Frequently Asked Probate Questions

What is the probate court?

The probate court oversees the administration of a person’s estate.  When a person dies, and after creditors and taxes have been paid, the deceased person’s property must be passed on to heirs.  If the person had a properly drafted will, determining where the property goes is fairly straightforward: it will be described in the will.  The probate court has the legal authority to see that wills are properly executed, and to see that wills are properly carried out.  For example, the probate court may order the payment of debts and taxes.  Similarly, the probate court may issue deeds of real estate to heirs, or may transfer other personal property.  If a person does not have a will, the probate court will distribute the deceased person’s belongings according to Ohio’s laws of intestacy.  While the chief function of the Probate Court is to administer decedents’ estates, other matters within its jurisdiction are: issuance of marriage licenses, adoptions, guardianship proceedings, and the involuntary commitment of the mentally ill.

Do I want to “avoid probate”?

Generally, yes, though not always.  The most popular reasons to avoid probate concern the costs and time requirements of the process. Another good reason to avoid probate involves keeping sensitive financial information away from public court records.  Additionally, navigating the probate court system upon the loss of a loved one often is the last thing grieving parties want to do.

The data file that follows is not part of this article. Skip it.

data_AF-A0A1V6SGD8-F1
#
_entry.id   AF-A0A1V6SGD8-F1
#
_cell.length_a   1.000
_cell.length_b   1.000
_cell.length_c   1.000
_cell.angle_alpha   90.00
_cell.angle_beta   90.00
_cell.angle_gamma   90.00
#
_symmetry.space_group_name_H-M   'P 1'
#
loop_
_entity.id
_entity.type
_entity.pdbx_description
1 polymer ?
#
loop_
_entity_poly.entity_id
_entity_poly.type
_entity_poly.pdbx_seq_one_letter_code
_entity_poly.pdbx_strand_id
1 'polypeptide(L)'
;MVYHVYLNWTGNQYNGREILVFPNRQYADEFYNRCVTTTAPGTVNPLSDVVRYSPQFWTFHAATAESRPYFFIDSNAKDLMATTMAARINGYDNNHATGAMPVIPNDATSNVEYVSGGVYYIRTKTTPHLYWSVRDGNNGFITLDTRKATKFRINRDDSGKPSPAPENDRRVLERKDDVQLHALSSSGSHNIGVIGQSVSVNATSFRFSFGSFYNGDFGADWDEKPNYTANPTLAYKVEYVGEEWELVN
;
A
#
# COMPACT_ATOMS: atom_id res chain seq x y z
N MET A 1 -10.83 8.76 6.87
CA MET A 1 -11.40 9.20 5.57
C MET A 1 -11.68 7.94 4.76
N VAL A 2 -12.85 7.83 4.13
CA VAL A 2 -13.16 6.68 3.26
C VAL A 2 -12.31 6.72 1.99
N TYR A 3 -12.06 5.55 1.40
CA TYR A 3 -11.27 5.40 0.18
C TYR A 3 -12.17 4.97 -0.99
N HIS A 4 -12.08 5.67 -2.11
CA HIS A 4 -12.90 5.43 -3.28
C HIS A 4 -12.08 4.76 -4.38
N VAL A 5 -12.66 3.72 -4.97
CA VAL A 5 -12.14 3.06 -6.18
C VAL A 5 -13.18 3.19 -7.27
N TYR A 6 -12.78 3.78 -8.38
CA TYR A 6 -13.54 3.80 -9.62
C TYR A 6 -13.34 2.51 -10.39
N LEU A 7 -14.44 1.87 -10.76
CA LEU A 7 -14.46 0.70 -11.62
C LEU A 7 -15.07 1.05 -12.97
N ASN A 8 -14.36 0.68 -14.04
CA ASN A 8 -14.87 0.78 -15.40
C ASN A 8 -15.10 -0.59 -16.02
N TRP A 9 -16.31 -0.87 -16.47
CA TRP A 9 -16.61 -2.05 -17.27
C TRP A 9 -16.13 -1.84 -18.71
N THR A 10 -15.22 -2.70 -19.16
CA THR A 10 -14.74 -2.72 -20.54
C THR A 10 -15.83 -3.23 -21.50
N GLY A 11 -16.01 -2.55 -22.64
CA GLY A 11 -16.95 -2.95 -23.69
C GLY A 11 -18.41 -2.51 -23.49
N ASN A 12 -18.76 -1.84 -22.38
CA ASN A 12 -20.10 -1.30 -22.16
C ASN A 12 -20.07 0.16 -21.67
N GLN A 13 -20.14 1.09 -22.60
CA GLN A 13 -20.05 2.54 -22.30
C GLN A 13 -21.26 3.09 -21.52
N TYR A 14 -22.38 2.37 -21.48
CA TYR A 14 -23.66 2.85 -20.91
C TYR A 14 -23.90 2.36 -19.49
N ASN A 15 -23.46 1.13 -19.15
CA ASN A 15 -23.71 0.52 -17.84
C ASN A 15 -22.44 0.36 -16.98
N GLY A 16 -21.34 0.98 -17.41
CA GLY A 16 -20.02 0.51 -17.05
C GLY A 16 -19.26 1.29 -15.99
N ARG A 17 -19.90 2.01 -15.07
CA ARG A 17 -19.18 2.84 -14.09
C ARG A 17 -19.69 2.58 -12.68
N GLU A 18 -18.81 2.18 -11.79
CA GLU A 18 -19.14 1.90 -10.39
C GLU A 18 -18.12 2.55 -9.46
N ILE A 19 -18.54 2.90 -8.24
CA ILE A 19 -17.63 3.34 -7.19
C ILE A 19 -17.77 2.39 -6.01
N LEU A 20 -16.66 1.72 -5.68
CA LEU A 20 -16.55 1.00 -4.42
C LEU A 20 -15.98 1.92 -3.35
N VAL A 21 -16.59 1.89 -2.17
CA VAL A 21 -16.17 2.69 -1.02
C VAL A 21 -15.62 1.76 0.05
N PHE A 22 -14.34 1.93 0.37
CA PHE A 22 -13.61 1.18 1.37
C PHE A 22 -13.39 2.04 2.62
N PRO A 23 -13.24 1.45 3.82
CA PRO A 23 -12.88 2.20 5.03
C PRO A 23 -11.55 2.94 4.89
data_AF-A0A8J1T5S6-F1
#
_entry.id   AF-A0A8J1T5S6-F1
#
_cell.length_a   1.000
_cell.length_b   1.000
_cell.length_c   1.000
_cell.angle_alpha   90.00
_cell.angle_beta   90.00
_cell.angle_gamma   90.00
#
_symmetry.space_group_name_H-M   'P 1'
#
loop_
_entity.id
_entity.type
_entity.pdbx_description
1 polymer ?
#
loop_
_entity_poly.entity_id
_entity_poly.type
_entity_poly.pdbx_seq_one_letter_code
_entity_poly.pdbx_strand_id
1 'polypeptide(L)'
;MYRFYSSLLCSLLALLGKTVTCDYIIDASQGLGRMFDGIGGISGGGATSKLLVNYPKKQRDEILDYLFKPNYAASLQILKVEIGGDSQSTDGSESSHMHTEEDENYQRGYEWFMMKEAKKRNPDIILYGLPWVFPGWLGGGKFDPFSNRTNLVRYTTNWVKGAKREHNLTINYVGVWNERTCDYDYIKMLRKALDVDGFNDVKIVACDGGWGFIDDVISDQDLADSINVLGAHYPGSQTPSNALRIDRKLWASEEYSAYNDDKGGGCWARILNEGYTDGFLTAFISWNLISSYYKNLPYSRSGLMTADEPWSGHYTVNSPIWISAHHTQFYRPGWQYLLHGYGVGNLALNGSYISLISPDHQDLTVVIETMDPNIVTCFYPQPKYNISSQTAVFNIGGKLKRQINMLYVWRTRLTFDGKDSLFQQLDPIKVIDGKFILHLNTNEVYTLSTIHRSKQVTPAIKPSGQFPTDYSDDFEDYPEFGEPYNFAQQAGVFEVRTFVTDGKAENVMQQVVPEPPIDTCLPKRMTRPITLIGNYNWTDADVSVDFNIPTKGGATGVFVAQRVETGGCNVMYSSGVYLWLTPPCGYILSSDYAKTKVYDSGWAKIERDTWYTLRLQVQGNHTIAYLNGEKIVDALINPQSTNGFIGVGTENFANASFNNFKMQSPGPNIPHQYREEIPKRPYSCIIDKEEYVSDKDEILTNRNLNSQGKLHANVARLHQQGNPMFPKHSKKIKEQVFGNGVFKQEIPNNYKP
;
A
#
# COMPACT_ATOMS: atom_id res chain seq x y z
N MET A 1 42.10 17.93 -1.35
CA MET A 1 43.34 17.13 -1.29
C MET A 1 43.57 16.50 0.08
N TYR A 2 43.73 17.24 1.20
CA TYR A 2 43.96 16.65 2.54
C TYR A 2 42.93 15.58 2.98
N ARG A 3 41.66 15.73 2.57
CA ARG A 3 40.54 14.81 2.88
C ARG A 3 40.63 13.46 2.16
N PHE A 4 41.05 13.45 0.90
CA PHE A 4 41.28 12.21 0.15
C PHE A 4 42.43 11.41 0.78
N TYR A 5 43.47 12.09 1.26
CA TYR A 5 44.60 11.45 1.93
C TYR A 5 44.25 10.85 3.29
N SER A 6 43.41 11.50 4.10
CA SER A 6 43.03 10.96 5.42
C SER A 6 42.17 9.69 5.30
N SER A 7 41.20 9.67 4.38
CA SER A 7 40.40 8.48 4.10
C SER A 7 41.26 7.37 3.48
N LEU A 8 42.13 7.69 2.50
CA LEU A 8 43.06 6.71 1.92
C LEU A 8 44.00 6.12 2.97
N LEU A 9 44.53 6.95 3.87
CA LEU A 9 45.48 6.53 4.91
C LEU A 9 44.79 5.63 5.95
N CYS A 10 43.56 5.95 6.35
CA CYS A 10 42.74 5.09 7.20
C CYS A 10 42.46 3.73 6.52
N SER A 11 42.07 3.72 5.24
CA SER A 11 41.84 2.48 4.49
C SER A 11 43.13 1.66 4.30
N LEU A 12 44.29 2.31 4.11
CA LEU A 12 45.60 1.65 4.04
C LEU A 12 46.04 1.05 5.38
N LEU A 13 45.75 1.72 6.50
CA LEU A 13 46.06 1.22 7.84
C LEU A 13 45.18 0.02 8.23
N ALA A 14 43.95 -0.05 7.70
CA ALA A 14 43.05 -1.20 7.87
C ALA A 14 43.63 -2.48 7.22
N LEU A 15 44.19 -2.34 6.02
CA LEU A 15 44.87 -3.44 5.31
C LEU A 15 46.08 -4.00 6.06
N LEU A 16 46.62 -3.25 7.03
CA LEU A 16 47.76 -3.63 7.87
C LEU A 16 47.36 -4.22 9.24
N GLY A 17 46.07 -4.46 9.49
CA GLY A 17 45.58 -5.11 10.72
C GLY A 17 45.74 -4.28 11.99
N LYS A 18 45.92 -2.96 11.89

On the other hand, sometimes a person may want the probate court to supervise the transfer of assets. This may be a good idea for quarreling families.  Additionally, when young children are to end up as beneficiaries of a trust—being too young to inherit until they are older and wiser—it may be a good idea to have the Probate Court supervise ongoing trust administration.

How do I avoid probate?

Clients can avoid probate by using alternative mechanisms to transfer assets at death.  Ohio makes it simple to transfer automobiles, real estate, financial accounts and securities by using “transfer on death” or “payable on death” arrangements.

When a minor child is the beneficiary, the assets may still end up under the supervision of the probate court (through a guardianship) until the child reaches the age of 18.

Are “transfer on death” and “payable on death” arrangements good for everyone?

Not always, no.  These types of arrangements, though effective in probate avoidance, can be rather blunt instruments.  For example: assume that Client sets up a bank account as
“payable on death” to three children, all of whom have children of their own. If one of Client’s children, X, dies before Client does, X’s children would not inherit X’s share of Client’s bank account: Client’s two surviving children would take everything. This may not be what Client wanted.

As a result many people have come to use living trusts for Probate avoidance and to carry out other estate planning goals, including tax planning. These are described in the estate planning article.

If I don’t avoid probate, what can I expect?

Expect a lot of paperwork, a lot of accounting, and a good bit of waiting.  Starting a probate estate requires that an attorney present the court with: the deceased person’s Last Will and Testament, an estimated schedule of the individual’s assets, and a listing of “statutory heirs” (those persons who would inherit if the decedent had passed away without a will).  Next, the court will put someone in charge of the estate: an Executor if the individual had a will, or an Administrator if the individual did not have a will.

Who is in charge of the estate?  Who interacts with the probate court?

A person’s will typically nominates someone to be in charge of the estate.  If a person dies without a will, the surviving spouse is given the right to oversee the estate.  If there is no surviving spouse, typically a child becomes the estate administrator. Where a decedent dies with no will and no immediate family, the probate court will look to more distant relations. However, where nobody comes forward to begin administration, a creditor can petition the court to act as administrator.